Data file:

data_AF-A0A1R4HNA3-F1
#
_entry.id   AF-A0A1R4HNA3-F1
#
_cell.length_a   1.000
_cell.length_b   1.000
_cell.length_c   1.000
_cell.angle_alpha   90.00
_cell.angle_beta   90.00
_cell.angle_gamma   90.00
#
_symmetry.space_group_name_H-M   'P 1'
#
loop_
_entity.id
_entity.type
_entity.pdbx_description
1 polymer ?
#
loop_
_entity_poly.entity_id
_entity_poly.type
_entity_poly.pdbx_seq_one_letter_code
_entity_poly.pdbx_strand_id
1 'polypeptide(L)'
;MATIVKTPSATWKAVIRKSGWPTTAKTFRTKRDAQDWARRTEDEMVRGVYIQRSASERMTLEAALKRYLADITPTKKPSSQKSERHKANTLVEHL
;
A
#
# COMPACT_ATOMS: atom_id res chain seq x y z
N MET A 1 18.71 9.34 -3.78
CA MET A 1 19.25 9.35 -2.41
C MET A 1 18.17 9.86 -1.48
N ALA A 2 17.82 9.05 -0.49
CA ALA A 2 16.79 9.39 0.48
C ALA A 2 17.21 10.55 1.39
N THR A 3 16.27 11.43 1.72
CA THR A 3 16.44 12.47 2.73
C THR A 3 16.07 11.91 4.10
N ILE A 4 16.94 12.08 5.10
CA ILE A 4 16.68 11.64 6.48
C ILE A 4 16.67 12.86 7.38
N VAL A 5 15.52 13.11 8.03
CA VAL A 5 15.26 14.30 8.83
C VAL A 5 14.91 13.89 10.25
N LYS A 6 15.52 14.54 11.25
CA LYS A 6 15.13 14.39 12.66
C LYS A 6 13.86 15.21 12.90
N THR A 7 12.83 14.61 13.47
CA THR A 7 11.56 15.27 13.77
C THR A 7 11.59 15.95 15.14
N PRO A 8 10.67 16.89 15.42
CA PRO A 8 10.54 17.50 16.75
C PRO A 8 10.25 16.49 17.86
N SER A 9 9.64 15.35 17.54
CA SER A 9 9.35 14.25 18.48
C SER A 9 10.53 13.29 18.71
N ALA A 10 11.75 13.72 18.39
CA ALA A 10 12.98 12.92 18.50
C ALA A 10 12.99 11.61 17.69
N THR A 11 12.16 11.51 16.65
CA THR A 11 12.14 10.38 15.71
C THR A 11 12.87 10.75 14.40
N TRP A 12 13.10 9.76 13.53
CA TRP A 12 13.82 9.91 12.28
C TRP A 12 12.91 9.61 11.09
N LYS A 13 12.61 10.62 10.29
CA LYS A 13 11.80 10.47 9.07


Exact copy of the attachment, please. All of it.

data_AF-A0A1R4HNA3-F1
#
_entry.id   AF-A0A1R4HNA3-F1
#
_cell.length_a   1.000
_cell.length_b   1.000
_cell.length_c   1.000
_cell.angle_alpha   90.00
_cell.angle_beta   90.00
_cell.angle_gamma   90.00
#
_symmetry.space_group_name_H-M   'P 1'
#
loop_
_entity.id
_entity.type
_entity.pdbx_description
1 polymer ?
#
loop_
_entity_poly.entity_id
_entity_poly.type
_entity_poly.pdbx_seq_one_letter_code
_entity_poly.pdbx_strand_id
1 'polypeptide(L)'
;MATIVKTPSATWKAVIRKSGWPTTAKTFRTKRDAQDWARRTEDEMVRGVYIQRSASERMTLEAALKRYLADITPTKKPSSQKSERHKANTLVEHL
;
A
#
# COMPACT_ATOMS: atom_id res chain seq x y z
N MET A 1 18.71 9.34 -3.78
CA MET A 1 19.25 9.35 -2.41
C MET A 1 18.17 9.86 -1.48
N ALA A 2 17.82 9.05 -0.49
CA ALA A 2 16.79 9.39 0.48
C ALA A 2 17.21 10.55 1.39
N THR A 3 16.27 11.43 1.72
CA THR A 3 16.44 12.47 2.73
C THR A 3 16.07 11.91 4.10
N ILE A 4 16.94 12.08 5.10
CA ILE A 4 16.68 11.64 6.48
C ILE A 4 16.67 12.86 7.38
N VAL A 5 15.52 13.11 8.03
CA VAL A 5 15.26 14.30 8.83
C VAL A 5 14.91 13.89 10.25
N LYS A 6 15.52 14.54 11.25
CA LYS A 6 15.13 14.39 12.66
C LYS A 6 13.86 15.21 12.90
N THR A 7 12.83 14.61 13.47
CA THR A 7 11.56 15.27 13.77
C THR A 7 11.59 15.95 15.14
N PRO A 8 10.67 16.89 15.42
CA PRO A 8 10.54 17.50 16.75
C PRO A 8 10.25 16.49 17.86
N SER A 9 9.64 15.35 17.54
CA SER A 9 9.35 14.25 18.48
C SER A 9 10.53 13.29 18.71
N ALA A 10 11.75 13.72 18.39
CA ALA A 10 12.98 12.92 18.50
C ALA A 10 12.99 11.61 17.69
N THR A 11 12.16 11.51 16.65
CA THR A 11 12.14 10.38 15.71
C THR A 11 12.87 10.75 14.40
N TRP A 12 13.10 9.76 13.53
CA TRP A 12 13.82 9.91 12.28
C TRP A 12 12.91 9.61 11.09
N LYS A 13 12.61 10.62 10.29
CA LYS A 13 11.80 10.47 9.07